The "problem" is that you just bought a camera that unpredictably casts unwanted color in different parts of your images. You then have to figure out a way to take this color out, either in C1, or Photoshop, or both. This does not only happen with wide angles or movement, but in my experience, it happens with all lenses and in all conditions.
How effective is C1 in dealing with this? Reasonably, but only if you take a LCC shot for every set of captures with a particular lens and in a particular setting. Changes in lighting conditions or elevation in my experience will lead to partial removal of the cast by C1. A standardized library of LCC shots will not, in my view, satisfy a stickler for image quality.
I ran the following test with my 250SA CFE: I took a shot of snow at 1000m. I then went down to 450m and took another shot of snow in the same lighting conditions and an LCC reference shot. When I applied the reading to the shot taken at 1000m, it only partially removed the cast. And this is a telephoto lens on a Hassy 503 -- no wide anlge on an LF camera!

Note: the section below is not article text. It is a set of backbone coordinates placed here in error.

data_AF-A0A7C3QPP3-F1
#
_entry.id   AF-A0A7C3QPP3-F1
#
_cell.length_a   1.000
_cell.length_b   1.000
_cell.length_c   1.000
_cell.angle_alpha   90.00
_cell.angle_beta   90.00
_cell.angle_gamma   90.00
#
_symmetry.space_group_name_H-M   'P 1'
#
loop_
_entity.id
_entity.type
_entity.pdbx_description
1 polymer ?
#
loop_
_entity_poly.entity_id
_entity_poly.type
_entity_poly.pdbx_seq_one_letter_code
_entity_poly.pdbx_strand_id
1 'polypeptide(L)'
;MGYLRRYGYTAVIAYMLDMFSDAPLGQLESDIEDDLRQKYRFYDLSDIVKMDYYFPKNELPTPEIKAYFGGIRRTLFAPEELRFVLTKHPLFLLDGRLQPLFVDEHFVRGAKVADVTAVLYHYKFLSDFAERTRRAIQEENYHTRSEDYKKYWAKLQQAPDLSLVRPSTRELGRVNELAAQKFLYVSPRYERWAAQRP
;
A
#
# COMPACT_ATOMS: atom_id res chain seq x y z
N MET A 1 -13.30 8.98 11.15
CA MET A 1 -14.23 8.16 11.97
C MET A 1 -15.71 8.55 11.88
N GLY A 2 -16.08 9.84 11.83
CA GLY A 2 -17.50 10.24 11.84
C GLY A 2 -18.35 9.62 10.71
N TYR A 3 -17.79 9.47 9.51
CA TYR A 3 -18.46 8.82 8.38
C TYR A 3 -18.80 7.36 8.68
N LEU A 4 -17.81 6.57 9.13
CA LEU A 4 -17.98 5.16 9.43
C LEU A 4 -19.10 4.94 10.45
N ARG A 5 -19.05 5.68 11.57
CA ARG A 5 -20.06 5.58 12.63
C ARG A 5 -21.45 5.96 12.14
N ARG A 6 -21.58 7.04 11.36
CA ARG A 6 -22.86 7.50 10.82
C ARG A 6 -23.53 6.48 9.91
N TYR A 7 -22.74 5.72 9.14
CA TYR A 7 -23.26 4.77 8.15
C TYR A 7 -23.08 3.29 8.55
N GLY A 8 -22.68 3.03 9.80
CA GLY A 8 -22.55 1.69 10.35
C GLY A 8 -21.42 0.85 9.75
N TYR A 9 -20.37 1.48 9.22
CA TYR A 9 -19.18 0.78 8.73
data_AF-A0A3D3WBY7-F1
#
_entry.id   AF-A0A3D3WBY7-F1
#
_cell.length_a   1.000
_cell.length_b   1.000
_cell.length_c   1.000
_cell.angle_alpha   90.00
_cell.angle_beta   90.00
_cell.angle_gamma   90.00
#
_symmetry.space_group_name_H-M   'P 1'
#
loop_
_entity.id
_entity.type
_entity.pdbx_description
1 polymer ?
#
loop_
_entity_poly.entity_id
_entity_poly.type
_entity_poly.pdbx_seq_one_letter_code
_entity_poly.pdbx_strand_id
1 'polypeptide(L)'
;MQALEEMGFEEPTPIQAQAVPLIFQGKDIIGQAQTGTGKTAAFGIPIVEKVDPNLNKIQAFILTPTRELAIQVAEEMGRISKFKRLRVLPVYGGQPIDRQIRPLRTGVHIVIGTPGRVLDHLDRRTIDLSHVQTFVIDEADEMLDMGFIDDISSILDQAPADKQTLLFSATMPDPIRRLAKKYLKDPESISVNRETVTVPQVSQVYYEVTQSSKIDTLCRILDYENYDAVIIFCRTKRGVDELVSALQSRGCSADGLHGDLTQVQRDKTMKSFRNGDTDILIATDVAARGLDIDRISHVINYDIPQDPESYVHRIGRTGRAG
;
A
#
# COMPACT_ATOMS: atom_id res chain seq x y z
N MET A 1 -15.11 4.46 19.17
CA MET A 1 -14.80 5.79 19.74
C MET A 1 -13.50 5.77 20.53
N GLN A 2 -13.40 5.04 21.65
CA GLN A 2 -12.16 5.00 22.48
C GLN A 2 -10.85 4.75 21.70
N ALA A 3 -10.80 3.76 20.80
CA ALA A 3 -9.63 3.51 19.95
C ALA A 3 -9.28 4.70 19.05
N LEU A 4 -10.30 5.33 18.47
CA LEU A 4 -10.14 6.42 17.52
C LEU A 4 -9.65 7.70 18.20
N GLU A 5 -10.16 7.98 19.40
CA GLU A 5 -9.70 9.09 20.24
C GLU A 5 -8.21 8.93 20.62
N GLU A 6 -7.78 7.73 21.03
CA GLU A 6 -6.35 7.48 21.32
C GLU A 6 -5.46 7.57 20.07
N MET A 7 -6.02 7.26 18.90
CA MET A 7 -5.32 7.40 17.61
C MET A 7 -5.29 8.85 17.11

The "problem" is that Phase One does not prepare you for this. The issue of lens cast is treated under the heading "large format photography" in their manual. It is given thin treatment. The manual states that lens cast is "very rare" in lenses longer than 60mm. It also does not state with any clarity at all that lens cast correction would require an LCC reading for every set of captures.
Would you buy a camera knowing in advance that it degrades your images, no matter how well you could reverse the degradation through added workflow steps? The answer would perhaps differ for every customer, but the manufacturer needs to acknowledge that this is a problem and be completely forthright with its customers about it.